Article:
The author is grateful to Jeff Fuhrer, Tony Rodrigues, Sebastian Schich, Lars Svensson and the editor and referees for helpful comments and to Gijoon Hong for research assistance. The views expressed in this paper are those of the author and do not necessarily represent those of the Federal Reserve Bank of New York or the Federal Reserve System.
Why Does the Yield Curve Predict Output and Inflation?*
Article first published online: 13 JUL 2005
The Economic Journal
Volume 115, Issue 505, pages 722–744, July 2005
How to Cite
Estrella, A. (2005), Why Does the Yield Curve Predict Output and Inflation?. The Economic Journal, 115: 722–744. doi: 10.1111/j.1468-0297.2005.01017.x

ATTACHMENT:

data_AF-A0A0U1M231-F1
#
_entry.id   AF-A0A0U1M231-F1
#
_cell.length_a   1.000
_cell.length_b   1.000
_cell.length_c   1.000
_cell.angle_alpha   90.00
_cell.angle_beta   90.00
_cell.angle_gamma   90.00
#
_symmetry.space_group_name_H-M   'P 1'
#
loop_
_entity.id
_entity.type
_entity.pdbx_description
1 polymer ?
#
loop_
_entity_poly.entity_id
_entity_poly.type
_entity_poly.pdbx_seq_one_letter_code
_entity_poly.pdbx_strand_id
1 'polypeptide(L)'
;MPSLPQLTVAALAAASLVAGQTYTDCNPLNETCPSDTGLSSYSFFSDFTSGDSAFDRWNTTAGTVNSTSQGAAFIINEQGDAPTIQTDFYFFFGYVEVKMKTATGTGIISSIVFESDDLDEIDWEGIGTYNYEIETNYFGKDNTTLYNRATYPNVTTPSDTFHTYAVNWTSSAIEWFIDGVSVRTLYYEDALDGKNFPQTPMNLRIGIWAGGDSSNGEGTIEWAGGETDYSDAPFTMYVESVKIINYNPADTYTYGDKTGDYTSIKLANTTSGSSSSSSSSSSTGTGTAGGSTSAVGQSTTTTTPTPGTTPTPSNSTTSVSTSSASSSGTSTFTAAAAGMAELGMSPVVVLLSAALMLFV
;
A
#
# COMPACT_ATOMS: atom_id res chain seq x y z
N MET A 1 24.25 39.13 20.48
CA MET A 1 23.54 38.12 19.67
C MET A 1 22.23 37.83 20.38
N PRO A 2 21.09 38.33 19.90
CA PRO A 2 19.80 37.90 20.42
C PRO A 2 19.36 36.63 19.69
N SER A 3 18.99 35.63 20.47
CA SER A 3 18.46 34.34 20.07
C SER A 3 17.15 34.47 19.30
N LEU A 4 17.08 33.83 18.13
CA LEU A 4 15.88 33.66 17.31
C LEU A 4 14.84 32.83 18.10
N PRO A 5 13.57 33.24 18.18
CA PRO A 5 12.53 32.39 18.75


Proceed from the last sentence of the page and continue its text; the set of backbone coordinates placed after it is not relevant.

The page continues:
- Issue published online: 13 JUL 2005
- Article first published online: 13 JUL 2005
- Date of receipt of first submission: 18 February 2003 Date of receipt of final typescript: 3 February 2005
The slope of the yield curve has been shown empirically to be a significant predictor of inflation and real economic activity but there is no standard theory as to why the relationship exists. This article constructs an analytical rational expectations model to investigate the reasons for the empirical results. The model suggests that the relationships are not structural but are instead influenced by the monetary policy regime. However, the yield curve should have predictive power for output and inflation in most circumstances. Various implications of the theoretical model are tested and confirmed empirically.